DURHAM, N.C. – To give students greater ability to tailor their degrees to individual career paths and demonstrate they have the specialized skillsets employers are looking for, Duke University’s Nicholas School of the Environment is making changes to its Master of Environmental Management (MEM) degree program.
Instead of selecting one area of concentrated study for their MEM, as is currently the case, students admitted under the new curriculum, starting in Fall 2023, will pursue advanced studies in two areas, both of which will be displayed on their transcript.
“We’ve long had students who wanted to do something like a double major, where they gain in-depth knowledge in a topical area like water resources management but also learn the advanced skills and practices needed to be adept at data analytics or policy analysis. Although they’ve been able to do that through elective courses, it’s never shown up on their transcripts,” said Timothy L. Johnson, associate dean of professional programs.
“This allows them to do it and be recognized in a way that is visible to prospective employers,” he said.
Under the new plan, students will choose one area of study from a list of five Environment Concentrations and another from a list of four Management Concentrations.
The Environment Concentrations are Ecosystems and Conservation; Ecotoxicology and Environmental Health; Energy; Marine and Coastal Systems; and Water Resources Management.
The Management Concentrations are Business and Finance; Data Analytics; Environmental Economics and Policy; and Equity, Justice and Community Engagement.
Students will take four courses, or 12 credits, in each of their two selected concentrations.
The environmental concentrations are designed to provide depth of knowledge in a primary topical area; the management concentrations will enable students to develop essential skillsets related to professional practice in that area.
MEM degree requirements, which include the completion of 48 hours of coursework, a Master’s Project, and a project seminar, will remain the same as they currently are.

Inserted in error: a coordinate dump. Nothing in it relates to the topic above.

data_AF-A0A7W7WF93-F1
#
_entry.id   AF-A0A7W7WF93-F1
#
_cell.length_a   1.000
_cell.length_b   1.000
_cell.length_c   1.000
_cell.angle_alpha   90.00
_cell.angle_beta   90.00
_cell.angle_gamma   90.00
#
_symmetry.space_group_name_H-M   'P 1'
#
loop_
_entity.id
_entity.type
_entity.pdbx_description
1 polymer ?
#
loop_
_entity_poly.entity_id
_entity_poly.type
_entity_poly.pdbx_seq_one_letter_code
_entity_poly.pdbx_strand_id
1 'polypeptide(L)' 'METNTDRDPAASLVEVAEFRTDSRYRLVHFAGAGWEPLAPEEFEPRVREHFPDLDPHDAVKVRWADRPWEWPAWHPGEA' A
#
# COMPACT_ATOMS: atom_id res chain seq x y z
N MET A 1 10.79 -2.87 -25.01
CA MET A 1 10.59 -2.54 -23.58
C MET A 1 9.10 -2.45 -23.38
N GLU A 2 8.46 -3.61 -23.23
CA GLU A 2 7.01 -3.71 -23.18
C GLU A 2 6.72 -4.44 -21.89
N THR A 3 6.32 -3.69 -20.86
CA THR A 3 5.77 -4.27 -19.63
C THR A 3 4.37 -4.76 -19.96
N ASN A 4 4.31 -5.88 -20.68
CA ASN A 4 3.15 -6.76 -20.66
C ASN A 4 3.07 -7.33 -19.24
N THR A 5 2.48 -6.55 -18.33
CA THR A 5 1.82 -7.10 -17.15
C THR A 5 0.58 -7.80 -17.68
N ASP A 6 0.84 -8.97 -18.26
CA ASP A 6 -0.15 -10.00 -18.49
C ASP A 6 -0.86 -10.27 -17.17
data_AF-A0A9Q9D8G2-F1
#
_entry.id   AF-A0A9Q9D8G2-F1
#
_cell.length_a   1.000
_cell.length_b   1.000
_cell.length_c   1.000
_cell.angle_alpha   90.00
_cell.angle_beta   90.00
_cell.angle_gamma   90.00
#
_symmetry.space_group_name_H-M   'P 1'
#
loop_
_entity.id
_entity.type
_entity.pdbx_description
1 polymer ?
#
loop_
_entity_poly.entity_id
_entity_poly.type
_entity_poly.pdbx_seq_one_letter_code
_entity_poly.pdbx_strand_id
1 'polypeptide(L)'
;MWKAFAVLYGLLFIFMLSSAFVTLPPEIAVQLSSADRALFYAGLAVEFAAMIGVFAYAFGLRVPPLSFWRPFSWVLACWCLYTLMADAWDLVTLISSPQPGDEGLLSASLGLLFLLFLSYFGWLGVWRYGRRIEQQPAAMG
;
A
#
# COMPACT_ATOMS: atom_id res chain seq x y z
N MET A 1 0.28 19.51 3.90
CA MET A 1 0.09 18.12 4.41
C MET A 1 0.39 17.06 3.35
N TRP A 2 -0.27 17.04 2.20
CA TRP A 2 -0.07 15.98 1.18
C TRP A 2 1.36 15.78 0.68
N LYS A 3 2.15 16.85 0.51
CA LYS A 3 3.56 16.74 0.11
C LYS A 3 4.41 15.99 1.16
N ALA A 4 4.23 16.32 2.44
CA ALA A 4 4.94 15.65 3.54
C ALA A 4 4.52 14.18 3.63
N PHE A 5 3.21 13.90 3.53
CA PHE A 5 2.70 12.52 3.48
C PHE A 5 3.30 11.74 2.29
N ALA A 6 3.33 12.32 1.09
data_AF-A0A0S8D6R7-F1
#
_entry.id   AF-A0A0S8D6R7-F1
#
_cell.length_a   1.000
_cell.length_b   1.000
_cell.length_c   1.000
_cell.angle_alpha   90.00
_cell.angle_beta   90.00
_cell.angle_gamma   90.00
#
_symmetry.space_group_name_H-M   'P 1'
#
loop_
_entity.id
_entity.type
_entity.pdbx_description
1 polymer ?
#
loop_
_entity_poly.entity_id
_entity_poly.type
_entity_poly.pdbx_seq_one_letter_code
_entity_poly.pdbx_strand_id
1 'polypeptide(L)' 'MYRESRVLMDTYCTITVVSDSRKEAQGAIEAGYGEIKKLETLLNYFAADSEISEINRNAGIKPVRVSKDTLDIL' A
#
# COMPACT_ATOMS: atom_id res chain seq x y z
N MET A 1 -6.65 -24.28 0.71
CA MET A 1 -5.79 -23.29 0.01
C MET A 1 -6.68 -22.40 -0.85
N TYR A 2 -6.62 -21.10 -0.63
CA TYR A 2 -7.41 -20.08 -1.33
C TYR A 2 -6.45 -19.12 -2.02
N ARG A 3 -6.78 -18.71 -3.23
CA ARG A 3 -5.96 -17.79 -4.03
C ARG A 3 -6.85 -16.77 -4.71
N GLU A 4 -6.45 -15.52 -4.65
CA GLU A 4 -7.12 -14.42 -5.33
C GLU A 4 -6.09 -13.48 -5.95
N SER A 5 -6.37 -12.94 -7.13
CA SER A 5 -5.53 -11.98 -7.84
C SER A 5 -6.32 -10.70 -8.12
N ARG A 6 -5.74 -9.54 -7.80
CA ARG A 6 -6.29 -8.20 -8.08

Students will also continue to be able to augment their specialized training through a broad array of elective courses at the Nicholas School and other schools at Duke; by pursing dual degrees through Duke’s Master of Forestry, Master of Business Administration, and other graduate-level professional degree programs; and through certificate programs in Climate Change Science and Applications; Community-Based Environmental Management; and Geospatial Analysis.
“We’re not getting rid of any of the things that have made our MEM program so successful and respected for more than 30 years now. We’re just rearranging them to better meet students’ needs,” said Johnson.
“If anything, our focus on providing students with in-depth but broadly transferrable and applicable skills and knowledge—which has always been a hallmark of our MEM program—will grow even stronger,” he said. “That can’t help but open more doors and bring new opportunities to our graduates, because employers increasingly are looking for environmental professionals who bring a suite of skills and knowledge to bear on the complex problems facing organizations in all sectors today.”
Students admitted under the retooled curriculum will be expected to select one of their two concentrations when they apply to the program. To allow them to explore their options as fully as possible, they will have until the end of their first year to select their second focal area.
The Nicholas School’s Education Committee approved the restructured curriculum on May 9.
The changes apply only to students who will matriculate into the MEM program starting in 2023.
They do not apply to existing MEM students, incoming students who matriculate in 2022, or students pursuing MEMs through the Duke Environmental Leadership program (DEL-MEM). The school’s Master of Forestry curriculum will likewise not be affected.